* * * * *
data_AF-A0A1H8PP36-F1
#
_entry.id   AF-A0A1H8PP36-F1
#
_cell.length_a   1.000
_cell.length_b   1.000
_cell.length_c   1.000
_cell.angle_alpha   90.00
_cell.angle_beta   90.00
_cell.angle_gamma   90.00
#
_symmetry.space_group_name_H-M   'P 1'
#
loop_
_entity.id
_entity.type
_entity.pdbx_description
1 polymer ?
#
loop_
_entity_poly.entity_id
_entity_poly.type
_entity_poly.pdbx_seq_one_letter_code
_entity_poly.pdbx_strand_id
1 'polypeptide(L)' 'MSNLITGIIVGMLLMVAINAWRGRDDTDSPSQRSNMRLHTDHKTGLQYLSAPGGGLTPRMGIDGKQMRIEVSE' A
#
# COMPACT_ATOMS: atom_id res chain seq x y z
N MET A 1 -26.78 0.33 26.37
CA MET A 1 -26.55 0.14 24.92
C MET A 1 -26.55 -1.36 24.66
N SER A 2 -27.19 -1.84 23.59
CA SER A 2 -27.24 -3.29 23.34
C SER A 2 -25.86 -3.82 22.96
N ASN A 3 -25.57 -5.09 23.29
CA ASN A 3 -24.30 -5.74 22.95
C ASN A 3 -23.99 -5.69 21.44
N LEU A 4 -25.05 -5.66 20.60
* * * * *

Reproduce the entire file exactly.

data_AF-A0A1H8PP36-F1
#
_entry.id   AF-A0A1H8PP36-F1
#
_cell.length_a   1.000
_cell.length_b   1.000
_cell.length_c   1.000
_cell.angle_alpha   90.00
_cell.angle_beta   90.00
_cell.angle_gamma   90.00
#
_symmetry.space_group_name_H-M   'P 1'
#
loop_
_entity.id
_entity.type
_entity.pdbx_description
1 polymer ?
#
loop_
_entity_poly.entity_id
_entity_poly.type
_entity_poly.pdbx_seq_one_letter_code
_entity_poly.pdbx_strand_id
1 'polypeptide(L)' 'MSNLITGIIVGMLLMVAINAWRGRDDTDSPSQRSNMRLHTDHKTGLQYLSAPGGGLTPRMGIDGKQMRIEVSE' A
#
# COMPACT_ATOMS: atom_id res chain seq x y z
N MET A 1 -26.78 0.33 26.37
CA MET A 1 -26.55 0.14 24.92
C MET A 1 -26.55 -1.36 24.66
N SER A 2 -27.19 -1.84 23.59
CA SER A 2 -27.24 -3.29 23.34
C SER A 2 -25.86 -3.82 22.96
N ASN A 3 -25.57 -5.09 23.29
CA ASN A 3 -24.30 -5.74 22.95
C ASN A 3 -23.99 -5.69 21.44
N LEU A 4 -25.05 -5.66 20.60